What role does the body play with language? My research investigates this question from different perspectives using different methods, but it is built on a single theoretical framework. Working from the position that language is an embodied ability that evolved from bodily communication systems (gestures, facial expressions, eye gaze, etc.) in our evolutionary past, my work investigates how language interacts with the body in present-day communication.
I focus primarily on hand gestures that spontaneously accompany speech. These gestures are interesting because they occur simultaneously with speech but reflect meaning in a distinct way from words.
For example, the form and movement of different drinking gestures—a gentle movement with a small precision grasp depicts sipping from a sake cup whereas a more abrupt movement with a closed fist depicts drinking from a large beer mug—capture the meaning of these two actions in a direct
way. In contrast, spoken words reflect meaning only indirectly
through the particular conventions of a language. For example, the words, “nomu” in Japanese, and, “drink” in English, are utterly unrelated to the actual act of imbibing. This difference is exactly why co-speech gesture is so interesting—it offers a direct visual complement to the conventional symbols of a language, and when combined with those symbols, provides a more complete “picture” of what a speaker means.
My research on the relationship between speech and gesture spans social, psychological, and neural levels. On the social and psychological levels, I use behavioral methods to demonstrate that gestures influence how children and adults comprehend language in different social contexts, and how they think during the explanation of difficult concepts. On the neural level, I use event-related potentials (ERPs) to show that gestures influence speech at multiple stages of language comprehension. See below for PDFs on these different topics.
My research and a paper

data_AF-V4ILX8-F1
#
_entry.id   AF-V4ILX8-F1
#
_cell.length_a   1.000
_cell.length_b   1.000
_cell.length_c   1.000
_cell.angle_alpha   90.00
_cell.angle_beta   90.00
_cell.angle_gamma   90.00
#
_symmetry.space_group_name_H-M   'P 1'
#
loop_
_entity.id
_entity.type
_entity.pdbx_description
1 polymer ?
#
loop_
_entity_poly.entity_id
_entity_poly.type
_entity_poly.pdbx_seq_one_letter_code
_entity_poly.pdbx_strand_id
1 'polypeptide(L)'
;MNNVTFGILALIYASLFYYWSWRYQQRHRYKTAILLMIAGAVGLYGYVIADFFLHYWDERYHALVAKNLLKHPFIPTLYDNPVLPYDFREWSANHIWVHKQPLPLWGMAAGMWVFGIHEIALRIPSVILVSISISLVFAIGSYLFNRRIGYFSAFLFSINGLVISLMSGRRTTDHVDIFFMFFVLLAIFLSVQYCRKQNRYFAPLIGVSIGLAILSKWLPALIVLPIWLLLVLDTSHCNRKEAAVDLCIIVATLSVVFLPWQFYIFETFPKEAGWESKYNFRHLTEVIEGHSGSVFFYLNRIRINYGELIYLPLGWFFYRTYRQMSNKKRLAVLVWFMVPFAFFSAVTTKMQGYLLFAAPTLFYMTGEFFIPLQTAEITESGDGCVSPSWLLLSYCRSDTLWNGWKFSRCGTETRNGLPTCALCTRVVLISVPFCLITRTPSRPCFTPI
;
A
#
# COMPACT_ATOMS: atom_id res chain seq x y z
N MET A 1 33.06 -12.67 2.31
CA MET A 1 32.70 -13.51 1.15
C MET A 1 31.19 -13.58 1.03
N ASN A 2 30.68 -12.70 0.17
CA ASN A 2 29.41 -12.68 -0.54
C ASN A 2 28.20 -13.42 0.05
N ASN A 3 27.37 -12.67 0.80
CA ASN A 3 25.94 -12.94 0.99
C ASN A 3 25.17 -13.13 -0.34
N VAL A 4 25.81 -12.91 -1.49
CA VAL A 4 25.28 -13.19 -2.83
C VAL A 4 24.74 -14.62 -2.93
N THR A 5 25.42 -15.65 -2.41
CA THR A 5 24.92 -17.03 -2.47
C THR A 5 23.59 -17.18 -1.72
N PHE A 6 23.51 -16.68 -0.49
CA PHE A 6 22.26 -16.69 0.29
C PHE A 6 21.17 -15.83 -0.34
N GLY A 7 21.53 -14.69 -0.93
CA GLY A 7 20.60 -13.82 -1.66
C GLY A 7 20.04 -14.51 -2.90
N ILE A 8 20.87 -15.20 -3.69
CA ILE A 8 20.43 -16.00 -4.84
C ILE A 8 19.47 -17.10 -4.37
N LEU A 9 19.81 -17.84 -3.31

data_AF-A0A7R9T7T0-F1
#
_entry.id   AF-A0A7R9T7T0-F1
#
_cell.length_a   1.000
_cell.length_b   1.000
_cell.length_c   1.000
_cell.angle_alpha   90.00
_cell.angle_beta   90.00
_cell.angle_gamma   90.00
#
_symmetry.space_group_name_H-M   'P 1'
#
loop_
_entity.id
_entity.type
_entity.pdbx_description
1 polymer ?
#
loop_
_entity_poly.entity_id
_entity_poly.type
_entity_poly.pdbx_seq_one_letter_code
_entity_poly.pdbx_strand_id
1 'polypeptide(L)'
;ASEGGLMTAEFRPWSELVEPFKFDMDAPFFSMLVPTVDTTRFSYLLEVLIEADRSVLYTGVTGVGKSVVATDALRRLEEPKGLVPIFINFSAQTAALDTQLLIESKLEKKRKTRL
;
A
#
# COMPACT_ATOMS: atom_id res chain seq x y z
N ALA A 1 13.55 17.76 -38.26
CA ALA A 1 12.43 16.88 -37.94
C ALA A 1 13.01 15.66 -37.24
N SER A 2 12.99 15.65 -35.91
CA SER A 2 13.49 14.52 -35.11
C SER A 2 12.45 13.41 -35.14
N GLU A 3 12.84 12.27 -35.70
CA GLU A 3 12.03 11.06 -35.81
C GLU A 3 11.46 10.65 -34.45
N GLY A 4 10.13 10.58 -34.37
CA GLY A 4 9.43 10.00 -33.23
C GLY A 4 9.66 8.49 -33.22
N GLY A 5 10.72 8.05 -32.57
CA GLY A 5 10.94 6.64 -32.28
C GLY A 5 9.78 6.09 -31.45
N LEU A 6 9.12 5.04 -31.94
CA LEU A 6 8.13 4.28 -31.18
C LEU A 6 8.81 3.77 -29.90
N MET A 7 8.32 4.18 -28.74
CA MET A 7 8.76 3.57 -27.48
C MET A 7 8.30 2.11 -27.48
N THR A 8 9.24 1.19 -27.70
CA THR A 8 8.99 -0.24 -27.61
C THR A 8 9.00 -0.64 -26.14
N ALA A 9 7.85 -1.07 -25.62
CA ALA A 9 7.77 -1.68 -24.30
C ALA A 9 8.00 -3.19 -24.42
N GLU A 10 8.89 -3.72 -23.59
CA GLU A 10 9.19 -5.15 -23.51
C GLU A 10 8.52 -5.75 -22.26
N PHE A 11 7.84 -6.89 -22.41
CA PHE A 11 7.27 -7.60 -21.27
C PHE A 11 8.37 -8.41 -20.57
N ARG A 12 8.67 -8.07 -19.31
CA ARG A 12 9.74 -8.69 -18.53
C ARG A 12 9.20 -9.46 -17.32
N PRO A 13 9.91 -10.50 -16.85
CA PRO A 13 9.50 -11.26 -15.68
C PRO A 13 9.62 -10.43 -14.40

I co-authored with a Colgate student were cited in a BBC article
that focused on body movements and how they can help you learn. For a general background on gesture, see this article in Scientific American Mind
. For more on second-language learning and instruction, visit Colgate's Center for Language and Brain
If you are interested in more research on gesture, brain, and language, click here for a link to a special issue (June, 2007) on the topic in the journal, Brain and Language
. Or visit the webpage for the International Society for Gesture Studies (ISGS
) to learn more about the field of gesture research more broadly. For more on my work and the work of my collaborators, please visit my page on Research Gate
BA (History), Washington University
in St. Louis, 1991 *Student-at-large (Experimental Psychology), Northeastern Illinois University, 1992-1994
MA & PhD (Developmental Psychology), University of Chicago
, 1997 & 1999 *Special note: I am very grateful for the transformative experience of taking courses and doing research in the Psychology department at NEIU after graduating from college. It was there where I became fascinated by the scientific study of why we gesture.
for complete CV.
Using Electrical Signals to Measure Brain Activity
Event-related potentials (ERPs) are one of the cognitive neuroscience tools that I use in my lab. Check out this short video to learn how they work and what questions they can answer.
Language Learning and the Liberal Arts